It's very hard to prove which one is the longest. There's a 96 hour ride by Expreso Ormeño from Lima to Sao Paulo. I can't find proof that Birmingham bus ever happened.

  • The Lima to Sao Paulo bus departs once a week.
    – MastaBaba
    Commented Sep 21, 2015 at 1:00
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    I know a friend of mine who came from Russia in a bus, on a 5-day long bus trip. If that's true or not, I can't exactly tell. Commented Sep 21, 2015 at 10:19
  • 6.000km trip you can find pictures here (article in portuguese). Brazil is a large country where bus trips are common, Not hard to find 2 days trips from São Paulo to the northen states. Also check rules about stops, in Brazil there are a few laws about stops frequency, for example the bus must stop each 4 hours and dirvers must switch each 8hrs, etc
    – jean
    Commented Sep 21, 2015 at 11:11
  • that happens in the canadian example below, but its the drivers that change, no transfers (passenger does not have to get off the bus) that I think the OP cares about. Commented Sep 22, 2015 at 18:11

I once took a bus from Toronto, ON (Canada) to Yellowknife, NWT. It took 80 hours. However, I seem to recall switching buses once in Calgary, AB. A search on (search at Greyhound suggests there is a transfer in Winnipeg, which I don't remember). That makes it about 2000km. Or 3400km if it was Calgary (it doesn't cut through the US).

  • That might be a contender for the longest North American bus ride. :)
    – MastaBaba
    Commented Sep 21, 2015 at 13:33
  • A colleague once traveled from Toronto to Mexico City by Greyhound many many years ago. Current Greyhound website informs it takes 78h but includes 5 transfers
    – blackbird
    Commented Sep 21, 2015 at 17:51
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    While Toronto to Calgary seems to currently require a transfer in Winnipeg, Calgary to Toronto appears to be one bus without any transfers. It takes 52 hours, 20 minutes if it runs on time. Commented Sep 22, 2015 at 17:44
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    I took the Calgary to Toronto bus last week, ran like clock-work on the departing each stop on the dot.
    – Carl
    Commented Sep 22, 2015 at 18:04
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    @I've done the Calgary (well, Banff to Calgary first), to Toronto, gave up in Winnipeg and switched to train ;)
    – Mark Mayo
    Commented Sep 23, 2015 at 0:37

Harare Zimbabwe to Dare Salaam Tanzania 2,285 km Taqwa and Falcon Buses is the lonngest in Africa 52 Hours journey.


In Europe, Eurolines operates relatively frequent bus drives between major cities and holiday favourites. The longest direct line I could find on their website rides from Hamburg (Germany), to Burgas (Bulgaria), takes 40 hours and covers just over 2300 km (assuming they take the shortest route). There might be longer ones, ... EDIT: From their French site, they also operate a direct line from Paris to Casablanca (Maroc). Also just over 2300 km, takes roughly 37 hours.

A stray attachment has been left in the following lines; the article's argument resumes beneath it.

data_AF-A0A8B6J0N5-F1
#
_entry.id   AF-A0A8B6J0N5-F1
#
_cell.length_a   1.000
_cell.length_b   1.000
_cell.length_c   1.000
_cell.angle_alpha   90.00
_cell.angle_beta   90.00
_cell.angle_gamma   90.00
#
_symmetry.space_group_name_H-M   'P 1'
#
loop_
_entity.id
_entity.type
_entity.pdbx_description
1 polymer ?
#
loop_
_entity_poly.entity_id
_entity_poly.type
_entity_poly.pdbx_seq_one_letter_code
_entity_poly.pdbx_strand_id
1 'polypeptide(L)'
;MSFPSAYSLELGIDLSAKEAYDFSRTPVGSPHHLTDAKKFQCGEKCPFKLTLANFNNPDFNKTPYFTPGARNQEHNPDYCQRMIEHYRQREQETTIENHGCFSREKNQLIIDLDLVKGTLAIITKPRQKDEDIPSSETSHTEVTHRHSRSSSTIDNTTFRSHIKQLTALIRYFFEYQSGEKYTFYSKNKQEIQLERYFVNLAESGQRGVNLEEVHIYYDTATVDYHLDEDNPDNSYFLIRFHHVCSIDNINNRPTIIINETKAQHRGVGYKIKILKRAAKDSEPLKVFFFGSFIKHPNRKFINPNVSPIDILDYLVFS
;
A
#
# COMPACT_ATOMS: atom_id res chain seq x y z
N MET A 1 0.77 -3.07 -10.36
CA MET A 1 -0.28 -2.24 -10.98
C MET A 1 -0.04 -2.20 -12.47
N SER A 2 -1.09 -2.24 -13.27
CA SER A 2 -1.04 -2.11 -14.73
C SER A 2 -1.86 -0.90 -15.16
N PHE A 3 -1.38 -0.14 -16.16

I remember from my visit to Argentina that they have very long bus rides with luxury buses including sleeping facility. I looked it up in the Lonely Planet (2008 issue) and found a depressing long ride from Buenos Aires to Rio Gallegos that takes 36-40 hours. The distance is about 2500 km (Google Maps). I am not sure it is a direct line, but wouldn't be surprised if it was.

  • I also wouldn't be surprised if that Argentine connection is direct. It's pretty much par for the course in Latin America.
    – MastaBaba
    Commented Sep 22, 2015 at 13:25
  • That European bus connection is a good find. Eurolines also used to go to Moscow, but that seems to be discontinued.
    – MastaBaba
    Commented Sep 22, 2015 at 13:25
  • If you take the bus from Paris to Casablanca, there would presumably be a break in the driving in the middle. Commented Sep 22, 2015 at 17:07
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    @MichaelSeifert True, but it would still be the same service on the same bus. Nevertheless, this distance is 'only' 2400km.
    – MastaBaba
    Commented Sep 23, 2015 at 3:21
  • From the German site: Düsseldorf - Istanbul, over 2500 km, 43 hours.
    – user24582
    Commented Sep 28, 2015 at 11:33

Why are you excluding the oz-bus?

While the London - Sydney route breaks your conditions, what about London - Kathmandu?

Regularly scheduled, one vehicle. 47 days. (Note that I have taken two such trips, both with budget operators {necessity--most of them had rules that excluded us.} On schedule?! No way!) And they're back in business.

  • 1
    Clever, and one heck of a journey! Though their website seems to have information from 2011-2012 (that's when the last trip dates are listed), so I'm not so sure about "regularly scheduled." I suppose there's also question at some point as to what continues a public bus vs a tour. Commented Jan 15, 2018 at 6:51
  • @ZachLipton Note that at least in the past there were many companies running such trips. And if you find one and it has a seat you can negotiate with the driver for passage. That's what we did for Delhi -> Tehran (but due to breakdowns we ended up leaving them in Shiraz.) Commented Jan 16, 2018 at 5:20